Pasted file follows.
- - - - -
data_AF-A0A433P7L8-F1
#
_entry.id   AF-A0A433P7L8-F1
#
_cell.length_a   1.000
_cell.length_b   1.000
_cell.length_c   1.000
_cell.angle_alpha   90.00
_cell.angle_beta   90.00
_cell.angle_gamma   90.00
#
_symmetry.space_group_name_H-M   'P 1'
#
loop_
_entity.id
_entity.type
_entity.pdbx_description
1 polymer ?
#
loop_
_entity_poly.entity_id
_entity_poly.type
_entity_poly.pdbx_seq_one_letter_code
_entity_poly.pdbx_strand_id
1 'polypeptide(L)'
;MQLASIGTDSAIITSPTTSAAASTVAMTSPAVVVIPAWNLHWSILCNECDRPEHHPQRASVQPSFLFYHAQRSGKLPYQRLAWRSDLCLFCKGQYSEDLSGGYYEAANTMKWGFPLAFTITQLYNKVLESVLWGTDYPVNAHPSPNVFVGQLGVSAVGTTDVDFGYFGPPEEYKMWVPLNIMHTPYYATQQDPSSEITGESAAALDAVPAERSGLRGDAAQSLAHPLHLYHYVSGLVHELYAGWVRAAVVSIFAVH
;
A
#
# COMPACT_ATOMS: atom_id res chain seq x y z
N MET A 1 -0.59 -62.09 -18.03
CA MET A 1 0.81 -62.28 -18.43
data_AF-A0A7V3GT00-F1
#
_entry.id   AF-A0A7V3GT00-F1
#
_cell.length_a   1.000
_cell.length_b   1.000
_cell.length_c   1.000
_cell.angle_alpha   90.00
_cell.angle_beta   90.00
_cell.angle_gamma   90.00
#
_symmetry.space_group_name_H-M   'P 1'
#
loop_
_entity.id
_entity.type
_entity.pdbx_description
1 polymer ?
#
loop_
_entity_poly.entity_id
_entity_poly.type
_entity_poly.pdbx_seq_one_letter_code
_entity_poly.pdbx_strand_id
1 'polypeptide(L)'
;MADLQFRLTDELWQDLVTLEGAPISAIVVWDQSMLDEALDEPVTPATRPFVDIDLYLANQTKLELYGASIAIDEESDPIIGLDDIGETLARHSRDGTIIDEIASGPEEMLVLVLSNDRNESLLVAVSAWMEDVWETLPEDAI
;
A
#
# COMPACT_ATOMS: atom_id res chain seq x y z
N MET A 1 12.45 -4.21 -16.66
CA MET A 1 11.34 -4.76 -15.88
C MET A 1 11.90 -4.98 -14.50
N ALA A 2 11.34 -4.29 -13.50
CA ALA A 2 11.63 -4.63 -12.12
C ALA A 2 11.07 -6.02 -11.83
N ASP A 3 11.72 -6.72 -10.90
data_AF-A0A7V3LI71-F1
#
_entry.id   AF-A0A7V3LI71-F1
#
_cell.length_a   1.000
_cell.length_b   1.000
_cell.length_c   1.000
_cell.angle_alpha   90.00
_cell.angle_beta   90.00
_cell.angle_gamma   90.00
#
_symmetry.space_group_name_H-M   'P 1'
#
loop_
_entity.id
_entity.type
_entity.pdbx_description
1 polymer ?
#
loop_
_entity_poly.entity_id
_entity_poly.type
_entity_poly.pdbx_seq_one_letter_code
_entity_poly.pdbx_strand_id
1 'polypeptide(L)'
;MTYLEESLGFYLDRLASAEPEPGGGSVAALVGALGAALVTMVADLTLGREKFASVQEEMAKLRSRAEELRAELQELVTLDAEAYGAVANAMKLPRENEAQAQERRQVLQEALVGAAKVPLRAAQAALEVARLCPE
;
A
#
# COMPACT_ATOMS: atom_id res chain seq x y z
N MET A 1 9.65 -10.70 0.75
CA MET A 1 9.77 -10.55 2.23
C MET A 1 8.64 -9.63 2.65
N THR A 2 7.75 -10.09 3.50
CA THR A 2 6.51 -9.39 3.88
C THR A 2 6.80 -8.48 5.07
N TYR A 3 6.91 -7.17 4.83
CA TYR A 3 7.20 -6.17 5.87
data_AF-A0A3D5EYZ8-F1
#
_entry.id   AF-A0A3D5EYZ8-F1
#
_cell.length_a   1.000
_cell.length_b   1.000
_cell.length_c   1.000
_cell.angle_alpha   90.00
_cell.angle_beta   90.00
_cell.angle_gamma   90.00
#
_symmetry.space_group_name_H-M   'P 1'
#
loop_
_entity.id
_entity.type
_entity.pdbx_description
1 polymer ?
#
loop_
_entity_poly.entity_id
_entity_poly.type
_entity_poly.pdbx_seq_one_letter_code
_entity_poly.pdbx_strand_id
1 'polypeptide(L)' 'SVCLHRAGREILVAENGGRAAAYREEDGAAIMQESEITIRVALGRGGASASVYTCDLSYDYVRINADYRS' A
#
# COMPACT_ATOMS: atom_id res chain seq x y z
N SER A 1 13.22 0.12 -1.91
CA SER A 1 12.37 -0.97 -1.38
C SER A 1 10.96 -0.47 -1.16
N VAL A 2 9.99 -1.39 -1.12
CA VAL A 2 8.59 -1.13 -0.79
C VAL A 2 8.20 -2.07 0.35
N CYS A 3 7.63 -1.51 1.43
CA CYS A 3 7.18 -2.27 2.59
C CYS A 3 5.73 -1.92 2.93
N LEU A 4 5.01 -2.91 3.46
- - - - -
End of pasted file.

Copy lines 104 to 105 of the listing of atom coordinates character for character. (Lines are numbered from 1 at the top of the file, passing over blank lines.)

CA THR A 2 6.51 -9.39 3.88
C THR A 2 6.80 -8.48 5.07